The meeting participants were from a women’s group. The participants were working at the local market as porters. Most of the female porters working at the Yogyakarta “Pasars” originate from the Kulon Progo Regency. Currently, 413 women porters are working at Beringharjo, Giwangan , Gamping, and Kranggan markets and all of them have found representation from YASANTI (Yayasan Annisa Swasti) (2020).

YASANTI works to improve the conditions and aspirations of women in local communities through worker organisation, advocacy, and education. Additionally, YASANTI focuses on empowering the women working from home and working in the industries through their awareness program providing workshops, information sessions, loan schemes, education on work conditions and benefits, rights and health-related areas.

We were also privileged to work with the Women’s, Disability and Children Advocacy Centre (SAPDA) to cover the story on difabel (disable) access around Malioboro. Ibu Rini, Mas Bintang, and Mas Soleh assisted us to experience the situation that difabel people are facing. We were stunned with the findings, compelling me to further research on the issue of disabled accessibility in public spaces. Thohari states that there are 27,439 people with disabilities in Yogyakarta. It was identified that most of them do not have equal access to facilities as other people do.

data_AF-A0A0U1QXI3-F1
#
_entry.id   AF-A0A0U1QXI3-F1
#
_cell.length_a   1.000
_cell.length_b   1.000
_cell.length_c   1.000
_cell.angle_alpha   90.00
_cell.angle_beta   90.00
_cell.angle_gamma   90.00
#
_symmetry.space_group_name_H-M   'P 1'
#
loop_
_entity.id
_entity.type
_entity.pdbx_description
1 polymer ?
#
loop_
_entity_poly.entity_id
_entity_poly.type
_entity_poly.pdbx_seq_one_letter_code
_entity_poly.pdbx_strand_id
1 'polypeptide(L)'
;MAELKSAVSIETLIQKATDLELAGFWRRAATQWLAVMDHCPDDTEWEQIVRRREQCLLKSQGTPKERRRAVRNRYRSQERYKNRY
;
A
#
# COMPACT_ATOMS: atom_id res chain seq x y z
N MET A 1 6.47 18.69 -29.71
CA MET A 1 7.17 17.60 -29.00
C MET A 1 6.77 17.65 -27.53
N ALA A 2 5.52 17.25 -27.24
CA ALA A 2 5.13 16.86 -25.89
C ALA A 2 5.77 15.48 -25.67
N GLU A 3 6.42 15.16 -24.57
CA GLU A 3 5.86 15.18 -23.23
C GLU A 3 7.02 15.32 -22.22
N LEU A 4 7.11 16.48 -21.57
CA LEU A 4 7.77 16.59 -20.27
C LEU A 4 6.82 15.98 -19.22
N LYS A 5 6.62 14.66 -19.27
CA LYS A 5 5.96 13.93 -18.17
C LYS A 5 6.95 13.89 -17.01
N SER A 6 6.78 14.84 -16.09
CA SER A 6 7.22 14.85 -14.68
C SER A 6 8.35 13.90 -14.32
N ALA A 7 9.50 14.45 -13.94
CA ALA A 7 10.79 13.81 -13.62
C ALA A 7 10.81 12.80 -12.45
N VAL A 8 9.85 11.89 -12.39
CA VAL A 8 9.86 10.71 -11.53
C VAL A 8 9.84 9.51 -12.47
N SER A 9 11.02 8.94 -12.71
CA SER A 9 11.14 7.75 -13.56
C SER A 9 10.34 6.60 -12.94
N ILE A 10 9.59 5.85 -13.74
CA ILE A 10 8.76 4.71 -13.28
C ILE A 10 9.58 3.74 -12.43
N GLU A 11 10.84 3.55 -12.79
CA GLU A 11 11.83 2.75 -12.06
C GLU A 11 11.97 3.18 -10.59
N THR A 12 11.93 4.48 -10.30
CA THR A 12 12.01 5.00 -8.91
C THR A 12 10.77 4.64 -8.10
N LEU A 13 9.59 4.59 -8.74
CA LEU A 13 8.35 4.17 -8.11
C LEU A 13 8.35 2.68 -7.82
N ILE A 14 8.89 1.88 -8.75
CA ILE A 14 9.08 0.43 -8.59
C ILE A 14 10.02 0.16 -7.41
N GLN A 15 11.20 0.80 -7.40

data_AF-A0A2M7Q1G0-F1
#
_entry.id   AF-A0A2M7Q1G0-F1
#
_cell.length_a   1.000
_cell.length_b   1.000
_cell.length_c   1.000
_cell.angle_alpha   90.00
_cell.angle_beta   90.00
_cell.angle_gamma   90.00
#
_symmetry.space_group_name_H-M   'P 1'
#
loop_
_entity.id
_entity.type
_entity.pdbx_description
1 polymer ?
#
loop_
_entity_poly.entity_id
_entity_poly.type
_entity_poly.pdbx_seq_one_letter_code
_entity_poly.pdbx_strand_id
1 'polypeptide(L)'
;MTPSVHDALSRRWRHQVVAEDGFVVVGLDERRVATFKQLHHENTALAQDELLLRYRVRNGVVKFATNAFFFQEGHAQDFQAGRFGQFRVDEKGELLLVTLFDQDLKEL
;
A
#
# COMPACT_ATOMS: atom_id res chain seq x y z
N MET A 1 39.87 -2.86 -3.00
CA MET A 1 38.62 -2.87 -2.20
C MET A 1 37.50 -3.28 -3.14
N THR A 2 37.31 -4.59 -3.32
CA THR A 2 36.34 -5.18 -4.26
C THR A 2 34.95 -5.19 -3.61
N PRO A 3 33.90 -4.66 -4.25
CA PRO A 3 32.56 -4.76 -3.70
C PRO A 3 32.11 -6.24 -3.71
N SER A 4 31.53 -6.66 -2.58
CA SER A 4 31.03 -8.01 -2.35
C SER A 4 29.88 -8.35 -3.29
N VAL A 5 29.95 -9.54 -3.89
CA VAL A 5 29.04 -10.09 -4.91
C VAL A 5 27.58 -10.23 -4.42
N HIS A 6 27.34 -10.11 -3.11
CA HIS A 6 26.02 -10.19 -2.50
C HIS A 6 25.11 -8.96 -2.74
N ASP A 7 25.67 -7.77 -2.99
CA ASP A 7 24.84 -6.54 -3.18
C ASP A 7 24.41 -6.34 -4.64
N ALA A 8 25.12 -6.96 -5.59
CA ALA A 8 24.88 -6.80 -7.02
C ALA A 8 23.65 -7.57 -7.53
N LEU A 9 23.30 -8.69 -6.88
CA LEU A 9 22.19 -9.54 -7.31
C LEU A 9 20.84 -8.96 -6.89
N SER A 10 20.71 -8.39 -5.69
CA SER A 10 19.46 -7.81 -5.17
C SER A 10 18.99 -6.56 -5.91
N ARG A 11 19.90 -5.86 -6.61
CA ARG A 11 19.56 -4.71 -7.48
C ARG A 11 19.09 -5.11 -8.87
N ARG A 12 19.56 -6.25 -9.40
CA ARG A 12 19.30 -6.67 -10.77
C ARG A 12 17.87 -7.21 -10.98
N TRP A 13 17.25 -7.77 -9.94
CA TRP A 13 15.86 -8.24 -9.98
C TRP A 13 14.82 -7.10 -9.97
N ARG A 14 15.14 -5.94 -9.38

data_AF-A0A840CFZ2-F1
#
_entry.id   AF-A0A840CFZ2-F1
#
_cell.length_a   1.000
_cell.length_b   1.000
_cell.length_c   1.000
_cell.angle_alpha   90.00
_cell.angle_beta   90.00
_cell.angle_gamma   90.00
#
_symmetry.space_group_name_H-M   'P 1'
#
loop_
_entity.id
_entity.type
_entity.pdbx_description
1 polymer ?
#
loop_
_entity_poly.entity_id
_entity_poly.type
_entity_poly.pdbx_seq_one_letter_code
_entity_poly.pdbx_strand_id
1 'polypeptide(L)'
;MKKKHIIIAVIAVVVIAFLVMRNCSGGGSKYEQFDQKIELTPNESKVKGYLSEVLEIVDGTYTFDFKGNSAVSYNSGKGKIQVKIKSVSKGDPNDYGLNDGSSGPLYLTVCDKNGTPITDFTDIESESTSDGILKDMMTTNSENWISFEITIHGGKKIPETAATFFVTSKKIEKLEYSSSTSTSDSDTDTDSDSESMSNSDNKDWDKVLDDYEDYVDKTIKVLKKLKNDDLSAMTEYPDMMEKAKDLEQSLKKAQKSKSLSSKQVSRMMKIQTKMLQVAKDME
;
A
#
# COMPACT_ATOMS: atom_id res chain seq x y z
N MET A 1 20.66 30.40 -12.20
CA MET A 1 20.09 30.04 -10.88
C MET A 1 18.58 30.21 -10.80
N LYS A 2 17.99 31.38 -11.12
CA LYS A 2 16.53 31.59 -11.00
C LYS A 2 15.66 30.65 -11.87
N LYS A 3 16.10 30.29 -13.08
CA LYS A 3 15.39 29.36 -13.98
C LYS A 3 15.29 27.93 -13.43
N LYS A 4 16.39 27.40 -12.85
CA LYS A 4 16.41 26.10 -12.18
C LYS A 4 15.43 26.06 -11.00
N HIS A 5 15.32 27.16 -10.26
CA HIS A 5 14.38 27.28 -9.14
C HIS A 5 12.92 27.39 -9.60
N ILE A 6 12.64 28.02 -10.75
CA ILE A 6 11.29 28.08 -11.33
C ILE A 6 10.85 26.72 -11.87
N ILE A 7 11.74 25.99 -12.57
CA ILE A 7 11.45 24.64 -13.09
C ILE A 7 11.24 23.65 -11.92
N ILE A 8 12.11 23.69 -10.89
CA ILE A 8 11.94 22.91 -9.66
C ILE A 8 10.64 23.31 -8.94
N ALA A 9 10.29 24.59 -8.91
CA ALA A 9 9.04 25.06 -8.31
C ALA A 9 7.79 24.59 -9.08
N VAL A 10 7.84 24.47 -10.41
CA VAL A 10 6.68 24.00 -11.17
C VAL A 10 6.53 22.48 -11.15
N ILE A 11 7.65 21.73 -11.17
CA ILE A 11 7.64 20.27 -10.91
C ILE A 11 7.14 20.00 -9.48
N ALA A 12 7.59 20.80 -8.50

This situation was familiar to me, growing up in Kathmandu, Nepal, a city that has similar deficiencies in this respect. Fortunately, my adopted country Australia has Disability (Access to Premises-Buildings) Standards 2010, enforced by The Australian Government Federal Register of Legislation, which protects the human rights of the Disabled community (Federal Register of Legislation 2020). This provides a benchmark for SAPDA to aspire to.

Another notable activity was attending a workshop on Mainstreaming Gender, Equality, Disability, and Social Inclusion and Research for Youth with Disabilities and without Disabilities. 12 participants benefited from the workshop, which our team filmed. We also followed the participants during the survey visiting door to door throughout the neighbourhood collecting feedback from the residents regarding their view towards disability access, sexual health, hygiene, and other social issues.

Dobusch, has stated in the article Gender, Dis‐/ability and Diversity Management: Unequal Dynamics of Inclusion? This unequal role in the field of normality is embodied in and perpetuated by the fact that topics related to gender and disability are discussed differently in general public debate, and in certain policy areas (SAPDA 2020). The experience allowed me to further consider the impact of disability on individuals and the importance of legislating their rights.